If you are facing federal charges, or if you have recently been convicted of a federal criminal offense, it is important to understand the differences among supervised release, probation, and parole. While supervised release and parole are terms that refer to post-incarceration supervision, federal probation can be sentenced as an alternative to incarceration in a federal prison. How can these terms apply to your case, or to the criminal case of a family member or loved one? Our Dallas criminal defense lawyers can explain in more detail.
Supervised release and parole are both forms of post-incarceration supervision, as we noted above, but they are not the same thing and have important distinctions. To be clear, supervised release and parole are not sentenced in lieu of prison time, but rather occur after a period of imprisonment has been completed as part of a criminal sentence. When it comes to post-incarceration supervision after serving a period of prison time for a federal criminal conviction, what are the differences between supervised release and parole?
To understand what is involved in supervised release, it is important to understand how parole works in the federal system. Generally speaking, parole is a type of early release, often granted based on a defendant’s behavior during a term of imprisonment. According to the U.S. Department of Justice (DOJ), federal prisoners who are eligible for parole can apply after a specific amount of his or her prison sentence has been served, based on the terms of the sentence. The DOJ clarifies that “prisoners who apply for parole are provided with a parole release decision based upon the appropriate paroling release guidelines.” If parole is granted, the person must report to a Parole Office for post-release supervision for the period of time specified by the Parole Commission.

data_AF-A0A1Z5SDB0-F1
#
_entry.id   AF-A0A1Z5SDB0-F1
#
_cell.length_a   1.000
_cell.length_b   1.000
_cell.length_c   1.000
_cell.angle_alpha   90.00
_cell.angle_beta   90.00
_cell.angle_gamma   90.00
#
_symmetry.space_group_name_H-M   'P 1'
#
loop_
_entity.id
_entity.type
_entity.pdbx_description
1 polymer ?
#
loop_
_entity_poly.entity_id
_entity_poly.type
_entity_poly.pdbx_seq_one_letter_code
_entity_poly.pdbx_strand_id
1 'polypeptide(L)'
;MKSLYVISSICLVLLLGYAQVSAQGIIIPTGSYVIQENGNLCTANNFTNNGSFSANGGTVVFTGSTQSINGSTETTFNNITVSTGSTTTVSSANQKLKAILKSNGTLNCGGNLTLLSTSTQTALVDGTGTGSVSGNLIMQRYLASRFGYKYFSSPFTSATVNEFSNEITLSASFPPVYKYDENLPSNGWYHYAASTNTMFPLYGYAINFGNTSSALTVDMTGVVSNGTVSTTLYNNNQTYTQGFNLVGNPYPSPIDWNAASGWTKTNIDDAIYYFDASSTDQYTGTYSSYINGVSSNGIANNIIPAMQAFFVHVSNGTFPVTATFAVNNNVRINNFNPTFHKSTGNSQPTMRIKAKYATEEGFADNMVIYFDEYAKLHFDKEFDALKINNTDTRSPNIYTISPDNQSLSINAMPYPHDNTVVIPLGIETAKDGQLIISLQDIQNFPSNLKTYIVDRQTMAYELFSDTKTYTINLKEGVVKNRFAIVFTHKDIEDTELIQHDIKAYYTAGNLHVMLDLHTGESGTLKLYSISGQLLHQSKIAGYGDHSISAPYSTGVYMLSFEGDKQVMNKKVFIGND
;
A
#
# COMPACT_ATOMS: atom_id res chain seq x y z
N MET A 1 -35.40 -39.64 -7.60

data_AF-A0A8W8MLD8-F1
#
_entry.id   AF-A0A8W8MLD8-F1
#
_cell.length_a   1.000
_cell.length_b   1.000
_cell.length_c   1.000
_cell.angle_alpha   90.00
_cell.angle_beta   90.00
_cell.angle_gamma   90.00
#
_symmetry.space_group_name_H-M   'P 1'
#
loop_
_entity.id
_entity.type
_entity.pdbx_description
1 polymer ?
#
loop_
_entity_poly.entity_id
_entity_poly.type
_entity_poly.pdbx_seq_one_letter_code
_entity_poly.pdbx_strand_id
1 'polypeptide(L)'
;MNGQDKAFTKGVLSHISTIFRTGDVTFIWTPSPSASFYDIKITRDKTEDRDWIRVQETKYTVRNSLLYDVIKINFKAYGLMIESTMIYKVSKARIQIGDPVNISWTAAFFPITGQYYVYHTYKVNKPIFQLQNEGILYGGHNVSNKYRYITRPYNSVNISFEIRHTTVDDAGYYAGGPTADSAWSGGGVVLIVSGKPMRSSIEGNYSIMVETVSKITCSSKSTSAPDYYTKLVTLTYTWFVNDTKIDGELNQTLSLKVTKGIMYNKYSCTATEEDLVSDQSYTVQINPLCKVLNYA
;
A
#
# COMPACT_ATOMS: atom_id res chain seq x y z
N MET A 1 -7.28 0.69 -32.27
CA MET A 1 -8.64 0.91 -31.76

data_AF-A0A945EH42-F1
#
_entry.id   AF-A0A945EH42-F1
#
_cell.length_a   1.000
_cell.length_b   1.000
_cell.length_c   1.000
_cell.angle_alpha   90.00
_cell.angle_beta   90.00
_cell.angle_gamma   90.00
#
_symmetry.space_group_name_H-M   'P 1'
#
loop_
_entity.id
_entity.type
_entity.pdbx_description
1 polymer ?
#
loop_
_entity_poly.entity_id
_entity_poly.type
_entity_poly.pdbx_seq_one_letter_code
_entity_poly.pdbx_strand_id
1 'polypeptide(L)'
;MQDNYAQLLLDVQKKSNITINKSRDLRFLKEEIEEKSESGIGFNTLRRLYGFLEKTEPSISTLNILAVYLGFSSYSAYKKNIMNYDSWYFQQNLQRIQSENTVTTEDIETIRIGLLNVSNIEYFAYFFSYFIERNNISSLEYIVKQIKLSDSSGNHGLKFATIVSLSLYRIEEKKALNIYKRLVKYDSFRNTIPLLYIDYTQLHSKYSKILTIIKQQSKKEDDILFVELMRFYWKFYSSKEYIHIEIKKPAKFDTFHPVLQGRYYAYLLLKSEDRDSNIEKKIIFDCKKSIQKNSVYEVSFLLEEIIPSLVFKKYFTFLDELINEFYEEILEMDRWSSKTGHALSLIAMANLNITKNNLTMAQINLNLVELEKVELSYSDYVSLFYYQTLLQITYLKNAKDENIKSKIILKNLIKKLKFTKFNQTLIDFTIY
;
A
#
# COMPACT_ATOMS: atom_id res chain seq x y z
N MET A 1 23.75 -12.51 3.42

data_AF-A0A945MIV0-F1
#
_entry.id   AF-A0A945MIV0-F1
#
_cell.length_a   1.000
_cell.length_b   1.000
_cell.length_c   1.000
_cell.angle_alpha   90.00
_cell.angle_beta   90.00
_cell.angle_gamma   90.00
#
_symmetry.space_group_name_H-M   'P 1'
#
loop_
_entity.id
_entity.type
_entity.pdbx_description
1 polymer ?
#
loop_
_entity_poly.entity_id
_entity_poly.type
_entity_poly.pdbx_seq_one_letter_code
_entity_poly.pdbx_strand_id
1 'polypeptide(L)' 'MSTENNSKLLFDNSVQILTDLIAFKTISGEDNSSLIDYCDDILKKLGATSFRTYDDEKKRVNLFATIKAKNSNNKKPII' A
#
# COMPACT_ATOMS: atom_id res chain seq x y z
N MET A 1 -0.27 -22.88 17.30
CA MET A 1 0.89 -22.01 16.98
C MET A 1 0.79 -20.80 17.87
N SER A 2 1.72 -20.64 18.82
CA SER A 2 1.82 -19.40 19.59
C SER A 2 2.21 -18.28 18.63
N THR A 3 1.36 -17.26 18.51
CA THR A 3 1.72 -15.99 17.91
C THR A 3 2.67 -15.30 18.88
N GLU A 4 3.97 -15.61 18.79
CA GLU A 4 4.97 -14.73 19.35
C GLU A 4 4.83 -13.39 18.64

Supervised release, unlike parole, is not a type of early release, and it does not occur in exchange for remaining prison time. Instead, it is the time after a person completes the terms of a prison sentence that must be spent under supervision. It is sometimes known as special parole or mandatory parole.
Probation in Lieu of Prison Time
Probation, unlike parole and supervised release, can be sentenced instead of prison time. A person who has been sentenced to a period of probation must report to a Probation Officer (much as a person on parole or supervised release must report). Yet if the person completes the terms of the probation, she or he typically will not serve time in jail or prison. In the event of a probation violation, however, the court can impose a steeper sentence that may include a term of imprisonment.
Contact a Federal Criminal Defense Attorney in DallasIf you have any questions about supervised release, parole, or probation, or if you need assistance defending against a violation, one of our experienced Dallas federal criminal defense attorneys can speak with you today about your circumstances. Do not hesitate to get in touch with us for help. Contact the Law Office of Patrick J. McLain, PLLC today for more information.